Strep Throat 101

Sore throat is probably one of the most annoying upper respiratory symptoms, in my honest opinion. Next to stuffy nose and cough, that is. There are loads of reasons kids get sore throats. The most common concern for my patients and their parents, is strep throat.


Strep throat is the most common cause of BACTERIAL sore throat in kids. The emphasis is added, because it’s not the most common cause of sore throat in kids. That would be viral illness, but we’ll save that differentiation for another blog.


There is definitely a “strep season” in the winter months, but we really see it all year round. It’s most common in school-aged kids. But, it can happen in any kid, even those under two. Especially if there is someone else at home who has strep throat already.


Now, when I say strep throat, I am speaking specifically about group A beta-hemolytic streptococcus. There are other strains of strep, group C or group G, but they don’t cause the long-term side effects like group A does. So, “WE” (the medical community in general) don’t test for it. And yes, I will circle back to this, but first, let’s talk about strep throat symptoms.




It’s usually pretty sudden, and kids complain of sore throat, headache, and belly pain. Some kids will throw up, have fever, stinky “strep breath,” and have a decreased appetite. Other things I notice are “strep lymph nodes,” the ones on the front of the neck, called anterior cervical lymph nodes, broken blood vessels on the soft palate (called palatal petechiae), and a sandpaper rash (called a scarlatiniform rash). And, the symptoms resolve in 3 – 5 days, wait for it, ON. THEIR. OWN. Mind blown.


Ok, so. Here is what I have learned after taking care of many kids with strep throat:


1: This is what the textbook says, and while yes, some kids present like this, it’s an average. In my experience, when a parent says, “Mary always looks like this when she has strep,” it almost always turns out Mary had strep. My rule of thumb is, even if a child doesn’t meet the textbook requirements, I still screen for strep. Especially if the parents are concerned.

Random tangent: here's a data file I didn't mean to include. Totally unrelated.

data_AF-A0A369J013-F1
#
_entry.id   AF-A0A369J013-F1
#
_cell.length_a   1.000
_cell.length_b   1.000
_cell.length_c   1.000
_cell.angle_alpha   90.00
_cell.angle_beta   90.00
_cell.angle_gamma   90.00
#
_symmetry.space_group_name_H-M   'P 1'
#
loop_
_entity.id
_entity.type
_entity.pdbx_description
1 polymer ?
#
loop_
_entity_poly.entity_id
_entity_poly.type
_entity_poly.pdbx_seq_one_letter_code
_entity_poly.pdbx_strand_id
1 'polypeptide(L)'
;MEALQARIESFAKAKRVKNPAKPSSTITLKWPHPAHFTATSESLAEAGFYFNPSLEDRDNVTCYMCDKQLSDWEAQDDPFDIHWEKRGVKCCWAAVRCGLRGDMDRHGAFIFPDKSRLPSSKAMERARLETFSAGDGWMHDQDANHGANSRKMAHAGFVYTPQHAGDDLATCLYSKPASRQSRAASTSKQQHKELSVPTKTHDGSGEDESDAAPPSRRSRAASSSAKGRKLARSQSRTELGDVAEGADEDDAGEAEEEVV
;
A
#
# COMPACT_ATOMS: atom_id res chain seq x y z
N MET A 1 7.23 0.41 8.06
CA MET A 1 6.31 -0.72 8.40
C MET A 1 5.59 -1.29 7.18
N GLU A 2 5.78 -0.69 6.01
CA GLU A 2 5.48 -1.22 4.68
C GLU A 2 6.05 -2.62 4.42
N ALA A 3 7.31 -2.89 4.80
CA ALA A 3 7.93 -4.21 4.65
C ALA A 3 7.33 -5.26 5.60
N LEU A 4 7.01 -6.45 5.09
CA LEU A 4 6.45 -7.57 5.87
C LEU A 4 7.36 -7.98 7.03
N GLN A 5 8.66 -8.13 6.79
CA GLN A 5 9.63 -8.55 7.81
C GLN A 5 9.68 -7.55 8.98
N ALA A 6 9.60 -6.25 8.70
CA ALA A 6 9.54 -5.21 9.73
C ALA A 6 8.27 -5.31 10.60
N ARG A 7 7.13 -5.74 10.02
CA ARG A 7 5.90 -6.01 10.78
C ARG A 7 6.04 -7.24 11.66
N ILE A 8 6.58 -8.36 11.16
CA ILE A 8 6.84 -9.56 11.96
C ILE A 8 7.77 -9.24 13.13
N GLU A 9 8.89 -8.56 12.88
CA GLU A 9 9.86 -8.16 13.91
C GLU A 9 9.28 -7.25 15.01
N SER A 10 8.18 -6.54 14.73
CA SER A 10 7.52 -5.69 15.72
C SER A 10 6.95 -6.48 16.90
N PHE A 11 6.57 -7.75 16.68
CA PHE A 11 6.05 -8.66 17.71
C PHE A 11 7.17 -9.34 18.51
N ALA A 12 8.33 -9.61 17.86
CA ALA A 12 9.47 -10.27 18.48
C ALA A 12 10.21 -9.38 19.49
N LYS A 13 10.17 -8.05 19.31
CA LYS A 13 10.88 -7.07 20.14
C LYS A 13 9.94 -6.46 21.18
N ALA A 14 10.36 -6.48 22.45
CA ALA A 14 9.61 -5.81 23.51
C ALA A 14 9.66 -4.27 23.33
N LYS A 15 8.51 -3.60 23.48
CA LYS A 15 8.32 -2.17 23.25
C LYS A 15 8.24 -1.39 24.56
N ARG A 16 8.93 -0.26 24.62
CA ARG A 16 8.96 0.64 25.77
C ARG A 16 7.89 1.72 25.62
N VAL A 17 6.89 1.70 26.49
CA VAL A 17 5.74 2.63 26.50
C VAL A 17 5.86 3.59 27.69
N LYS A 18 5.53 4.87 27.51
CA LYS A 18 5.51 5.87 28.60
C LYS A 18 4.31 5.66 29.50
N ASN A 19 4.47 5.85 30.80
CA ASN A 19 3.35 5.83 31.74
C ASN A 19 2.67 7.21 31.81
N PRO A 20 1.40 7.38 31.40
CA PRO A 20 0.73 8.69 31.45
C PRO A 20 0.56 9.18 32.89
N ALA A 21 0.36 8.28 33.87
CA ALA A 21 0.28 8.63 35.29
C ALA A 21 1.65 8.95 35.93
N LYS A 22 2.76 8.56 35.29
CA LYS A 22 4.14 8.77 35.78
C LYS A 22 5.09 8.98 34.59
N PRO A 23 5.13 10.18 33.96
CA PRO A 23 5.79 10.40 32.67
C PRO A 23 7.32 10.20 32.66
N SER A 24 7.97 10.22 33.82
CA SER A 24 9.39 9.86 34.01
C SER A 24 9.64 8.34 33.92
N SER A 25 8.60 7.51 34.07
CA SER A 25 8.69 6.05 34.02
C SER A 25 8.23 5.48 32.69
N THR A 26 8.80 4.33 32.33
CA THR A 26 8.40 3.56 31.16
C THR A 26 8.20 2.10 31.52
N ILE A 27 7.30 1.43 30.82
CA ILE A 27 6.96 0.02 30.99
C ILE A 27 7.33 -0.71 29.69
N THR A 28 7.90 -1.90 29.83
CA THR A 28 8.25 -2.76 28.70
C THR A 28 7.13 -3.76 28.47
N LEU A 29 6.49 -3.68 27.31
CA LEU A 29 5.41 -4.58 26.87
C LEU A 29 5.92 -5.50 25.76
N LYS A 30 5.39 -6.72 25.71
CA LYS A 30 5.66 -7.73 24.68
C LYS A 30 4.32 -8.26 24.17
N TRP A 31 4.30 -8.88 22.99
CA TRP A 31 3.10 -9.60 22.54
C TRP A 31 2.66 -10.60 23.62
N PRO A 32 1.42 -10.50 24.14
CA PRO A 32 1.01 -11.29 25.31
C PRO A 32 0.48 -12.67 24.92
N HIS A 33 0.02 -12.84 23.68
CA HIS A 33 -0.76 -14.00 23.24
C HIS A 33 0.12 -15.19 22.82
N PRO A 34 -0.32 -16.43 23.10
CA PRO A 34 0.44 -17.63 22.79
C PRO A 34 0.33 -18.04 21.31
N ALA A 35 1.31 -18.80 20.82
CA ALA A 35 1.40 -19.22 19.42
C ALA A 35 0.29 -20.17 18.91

2: Kids can have more than one illness at a time. I realize this is not groundbreaking news, but hear me out: guidelines say kids with stuffy nose, cough, and/or diarrhea don’t have strep, and that’s just not my experience. One disclaimer: strep carriers will test positive for strep, and won’t get better on typical strep treatment because they don’t actually have strep throat. Strep throat gets better with Amoxicillin. Always. There is no “resistant” strep and your kid isn’t  “immune” to Amoxicillin because he’s been on it so many times.


3: There are a lot of studies touting “clinical scores” to help predict strep throat infection. I can count on one hand the number of times I have treated kids with “clinical strep throat.” Not because I’m a jerk. It’s because the throat culture frequently comes back negative (meaning the kid didn’t actually have strep throat despite having all of the symptoms) and the risks of early, but unnecessary, antibiotic treatment do not outweigh the benefits of waiting for test results. Antibiotics do not differentiate between good bacteria and bad bacteria, so they have an impact on a child’s microbiome and overall health. AND, when we wait the 2-3 days for a strep culture to return, a child’s immune system actually has an opportunity to mount a response to strep bacteria, create antibodies, and potentially PREVENT future infection.


The bottom line?

I care about your child. I want to do what is best for your family. Let’s work together to figure out what is best, because you know your child better than anyone else, and I know “the research.”




The goals of treating strep throat are getting better faster, preventing both short- and long-term complications, and preventing infection spread.


1: Get better faster: this brings us back to my point earlier. There are several different strains of strep bacteria that can all cause bacterial strep throat. All of these germs die when treated with penicillin (or Amoxicillin when we’re talking about kids). However, strep throat symptoms get better on their own in 3 – 5 days, with or without treatment, and only group A strep causes things like rheumatic heart disease. This is why rapid strep tests only test for group A: because the MAIN goal of treatment is keeping your child’s heart healthy.


2: Complication prevention: strep throat can cause other infections, like ear and sinus infections, and throat abscesses (yuck). It can also mess with your child’s immune system and cause things like rheumatic heart disease, kidney problems, and something called reactive arthritis. This is the big-ticket item; it’s the reason we use antibiotics to treat strep throat. We DO NOT want your child to get rheumatic heart disease. Unfortunately, the kidney problems and achey joints that show up 10 days later aren’t prevented by antibiotics.


3: Preventing spread: after one dose of Amoxicillin, kids are no longer contagious. Conversely, when untreated, about 50% of kids can still have strep bacteria to share with others 3-4 weeks later.


Here are my takeaways:

  • We both have your child’s best interest in mind, so let’s work out a plan that works for your family.
  • Sometimes, it’s a good idea to wait for the culture to come back to verify strep throat. That way your kid can begin fighting the illness on his own, and possibly avoid future infections.
  • Kids are no longer contagious after one dose, and typically feel better after 24 hours on antibiotics.
  • Amoxicillin is the best antibiotic choice for strep throat; it’s effective and more gentle than others on the insides. There is no resistant strep bacteria, and your child doesn’t become immune to Amoxicillin just because she’s taken it a lot.


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